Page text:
The steps Shakespeare took into actually starting his public career caused him to be seen and a respected actor in 1592. During the time period that he was not recorded might have been when he influenced the dramatist Robert Greene. The first reference to Shakespeare in the world of theater was something that made him even bigger and showed how much he deserved to be heard.
Starting a Company
"When James I came to the throne, he converted the Lord Chamberlain’s Men into the King’s Men, thus assuring Shakespeare’s company powerful protection and plentiful court performances that could be rewarded richly"(Rosenblum).
Shakespeare's career really started off when James l converted the Lord;s Chamberlain into the King's Men. This change guaranteed the company protection and success.
The change might have been a jump start to Shakespeare's job and interests that caused him to be a respected playwright. Most of the performances after that probably became more successful and gave Shakespeare a chance to prove his talent.
" From mid-1592 to 1594, London authorities frequently closed the theaters because of repeated outbreaks of plague. Without the income provided by acting and playwriting, Shakespeare turned to poetry. In 1593, Venus and Adonis became the first of Shakespeare’s works to be published. The publisher was Richard Field, a native of Stratford who may have known Shakespeare in childhood. As was customary at the time, Shakespeare dedicated his volume to a noble patron, in this case Henry Wriothesley, the Earl of Southampton. Venus and Adonis proved to be extremely popular and was reprinted at least 15 times in Shakespeare’s lifetime"(Lander).
In the mid-1592 to 1594, outbreaks of plague began to occur. This made the theaters shut down. Therefore, Shakespeare began to work on poetry. He wrote Venus and Adonis in 1593 and it was his first published work. The publisher was a maybe childhood friend from Stratford, RIchard Field. Venus and Adonis became very popular in his lifetime.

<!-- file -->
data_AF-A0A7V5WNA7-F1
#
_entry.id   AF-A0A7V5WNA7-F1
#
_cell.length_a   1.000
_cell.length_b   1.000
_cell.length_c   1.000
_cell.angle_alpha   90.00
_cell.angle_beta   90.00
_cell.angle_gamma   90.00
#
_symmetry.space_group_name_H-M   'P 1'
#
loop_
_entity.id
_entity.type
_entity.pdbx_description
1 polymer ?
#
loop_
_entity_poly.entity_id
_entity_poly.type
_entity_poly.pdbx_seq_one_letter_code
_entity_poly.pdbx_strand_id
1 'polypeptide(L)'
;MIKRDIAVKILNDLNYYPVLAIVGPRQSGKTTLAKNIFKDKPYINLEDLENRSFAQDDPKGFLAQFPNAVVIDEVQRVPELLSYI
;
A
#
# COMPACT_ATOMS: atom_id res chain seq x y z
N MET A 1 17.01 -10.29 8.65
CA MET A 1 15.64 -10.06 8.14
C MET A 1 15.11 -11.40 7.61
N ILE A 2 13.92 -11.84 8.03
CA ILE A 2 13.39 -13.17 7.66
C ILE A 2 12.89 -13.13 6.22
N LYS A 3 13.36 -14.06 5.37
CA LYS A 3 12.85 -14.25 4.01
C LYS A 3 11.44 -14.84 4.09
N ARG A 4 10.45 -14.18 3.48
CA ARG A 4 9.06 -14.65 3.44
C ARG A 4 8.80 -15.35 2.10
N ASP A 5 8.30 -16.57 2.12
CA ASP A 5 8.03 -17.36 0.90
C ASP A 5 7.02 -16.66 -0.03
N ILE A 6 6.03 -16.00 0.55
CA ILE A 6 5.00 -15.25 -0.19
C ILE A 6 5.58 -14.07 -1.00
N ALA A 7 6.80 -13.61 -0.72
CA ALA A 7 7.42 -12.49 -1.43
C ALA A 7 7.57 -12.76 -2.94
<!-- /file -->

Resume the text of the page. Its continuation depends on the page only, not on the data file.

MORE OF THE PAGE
Since the theaters shut down, Shakespeare had to find another temporary job to cover costs during the plague. He proceeded with the same creative and thoughtful side of him and turned to poetry. His works became very successful because of the fact that he was already a great actor and playwright. Knowing this means that Shakespeare knew how to write things that would would appeal to the audience and never die.
"Records also tell us that several of Shakespeare's plays were popular by this time, including Henry VI, The Comedy of Errors, and Titus Andronicus. The company that staged most of the early productions of these plays was Pembroke's Men, sponsored by the Earl of Pembroke, Henry Herbert. The troupe was very popular and performed regularly at the court of Queen Elizabeth. Most critics conclude that Shakespeare spent time as both a writer and an actor for Pembroke's Men before 1592"(Mabillard).
Records say that plays like Henry Vl, The Comedy of Errors,and Titus Andronicus were popular at the time. Most of Shakespeare's early productions were staged by Pembroke's Men sponsored by the Earl of Pembroke, Henry Herbert. It is believed that Shakespeare stood with this popular group as both an actor and playwright before 1592 and performed to the Queen.
Shakespeare chose his partnerships very well and knew how to be heard. He did what he could to rise higher while he was with this group and gained more experiences and teachings. Shakespeare's early plays marked history and was only the start to his great reign in theater.
"Since his death Shakespeare's plays have been almost continually performed, in non-English-speaking nations as well as those where English is the native tongue; they are quoted more than the works of any other single author. The plays have been subject to ongoing examination and evaluation by critics attempting to explain their perennial appeal, which does not appear to derive from any set of profound or explicitly formulated ideas. Indeed, Shakespeare has sometimes been criticized for not consistently holding to any particular philosophy, religion, or ideology; for example, the subplot of A Midsummer Night's Dream includes a burlesque of the kind of tragic love that he idealizes in Romeo and Juliet.The strength of Shakespeare's plays lies in the absorbing stories they tell, in their wealth of complex characters, and in the eloquent speech—vivid, forceful, and at the same time lyric—that the playwright puts on his character's lips. It has often been noted that Shakespeare's characters are neither wholly good nor wholly evil, and that it is their flawed, inconsistent nature that makes them memorable. Hamlet fascinates audiences with his ambivalence about revenge and the uncertainty over how much of his madness is feigned and how much genuine. Falstaff would not be beloved if, in addition to being genial, openhearted, and witty, he were not also boisterous, cowardly, and, ultimately, poignant. Finally, the plays are distinguished by an unparalleled use of language. Shakespeare had a tremendous vocabulary and a corresponding sensitivity to nuance, as well as a singular aptitude for coining neologisms and punning"(Columbia Electronic Encyclopedia).